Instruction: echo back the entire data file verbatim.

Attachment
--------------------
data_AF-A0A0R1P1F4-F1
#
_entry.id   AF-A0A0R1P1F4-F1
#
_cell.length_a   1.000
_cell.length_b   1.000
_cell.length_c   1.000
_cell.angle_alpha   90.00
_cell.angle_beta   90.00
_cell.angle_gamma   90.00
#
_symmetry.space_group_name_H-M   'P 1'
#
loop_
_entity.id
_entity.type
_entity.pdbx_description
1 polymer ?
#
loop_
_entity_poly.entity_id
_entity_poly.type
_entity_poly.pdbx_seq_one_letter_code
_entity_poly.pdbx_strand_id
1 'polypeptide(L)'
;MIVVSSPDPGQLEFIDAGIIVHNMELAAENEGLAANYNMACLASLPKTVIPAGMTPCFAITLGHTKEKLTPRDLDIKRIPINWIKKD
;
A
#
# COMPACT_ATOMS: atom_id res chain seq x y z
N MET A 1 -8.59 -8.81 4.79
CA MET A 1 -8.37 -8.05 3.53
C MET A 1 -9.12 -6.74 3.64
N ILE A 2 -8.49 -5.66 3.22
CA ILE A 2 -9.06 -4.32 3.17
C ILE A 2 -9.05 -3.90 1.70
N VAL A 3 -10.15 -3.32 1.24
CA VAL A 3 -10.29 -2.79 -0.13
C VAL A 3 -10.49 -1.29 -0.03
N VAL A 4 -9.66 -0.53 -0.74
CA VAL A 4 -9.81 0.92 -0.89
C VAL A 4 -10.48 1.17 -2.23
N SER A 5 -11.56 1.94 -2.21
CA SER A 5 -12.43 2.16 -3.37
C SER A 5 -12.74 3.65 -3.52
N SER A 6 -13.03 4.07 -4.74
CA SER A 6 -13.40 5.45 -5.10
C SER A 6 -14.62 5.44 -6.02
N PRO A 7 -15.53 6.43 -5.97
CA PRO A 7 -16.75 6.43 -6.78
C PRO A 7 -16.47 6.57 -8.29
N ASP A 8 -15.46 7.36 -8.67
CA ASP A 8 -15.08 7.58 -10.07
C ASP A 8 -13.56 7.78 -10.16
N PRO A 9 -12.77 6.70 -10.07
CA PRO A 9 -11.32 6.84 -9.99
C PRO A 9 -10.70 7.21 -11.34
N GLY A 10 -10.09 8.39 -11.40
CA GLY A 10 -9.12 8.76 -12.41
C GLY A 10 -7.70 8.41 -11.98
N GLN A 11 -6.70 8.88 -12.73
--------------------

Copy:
data_AF-A0A0R1P1F4-F1
#
_entry.id   AF-A0A0R1P1F4-F1
#
_cell.length_a   1.000
_cell.length_b   1.000
_cell.length_c   1.000
_cell.angle_alpha   90.00
_cell.angle_beta   90.00
_cell.angle_gamma   90.00
#
_symmetry.space_group_name_H-M   'P 1'
#
loop_
_entity.id
_entity.type
_entity.pdbx_description
1 polymer ?
#
loop_
_entity_poly.entity_id
_entity_poly.type
_entity_poly.pdbx_seq_one_letter_code
_entity_poly.pdbx_strand_id
1 'polypeptide(L)'
;MIVVSSPDPGQLEFIDAGIIVHNMELAAENEGLAANYNMACLASLPKTVIPAGMTPCFAITLGHTKEKLTPRDLDIKRIPINWIKKD
;
A
#
# COMPACT_ATOMS: atom_id res chain seq x y z
N MET A 1 -8.59 -8.81 4.79
CA MET A 1 -8.37 -8.05 3.53
C MET A 1 -9.12 -6.74 3.64
N ILE A 2 -8.49 -5.66 3.22
CA ILE A 2 -9.06 -4.32 3.17
C ILE A 2 -9.05 -3.90 1.70
N VAL A 3 -10.15 -3.32 1.24
CA VAL A 3 -10.29 -2.79 -0.13
C VAL A 3 -10.49 -1.29 -0.03
N VAL A 4 -9.66 -0.53 -0.74
CA VAL A 4 -9.81 0.92 -0.89
C VAL A 4 -10.48 1.17 -2.23
N SER A 5 -11.56 1.94 -2.21
CA SER A 5 -12.43 2.16 -3.37
C SER A 5 -12.74 3.65 -3.52
N SER A 6 -13.03 4.07 -4.74
CA SER A 6 -13.40 5.45 -5.10
C SER A 6 -14.62 5.44 -6.02
N PRO A 7 -15.53 6.43 -5.97
CA PRO A 7 -16.75 6.43 -6.78
C PRO A 7 -16.47 6.57 -8.29
N ASP A 8 -15.46 7.36 -8.67
CA ASP A 8 -15.08 7.58 -10.07
C ASP A 8 -13.56 7.78 -10.16
N PRO A 9 -12.77 6.70 -10.07
CA PRO A 9 -11.32 6.84 -9.99
C PRO A 9 -10.70 7.21 -11.34
N GLY A 10 -10.09 8.39 -11.40
CA GLY A 10 -9.12 8.76 -12.41
C GLY A 10 -7.70 8.41 -11.98
N GLN A 11 -6.70 8.88 -12.73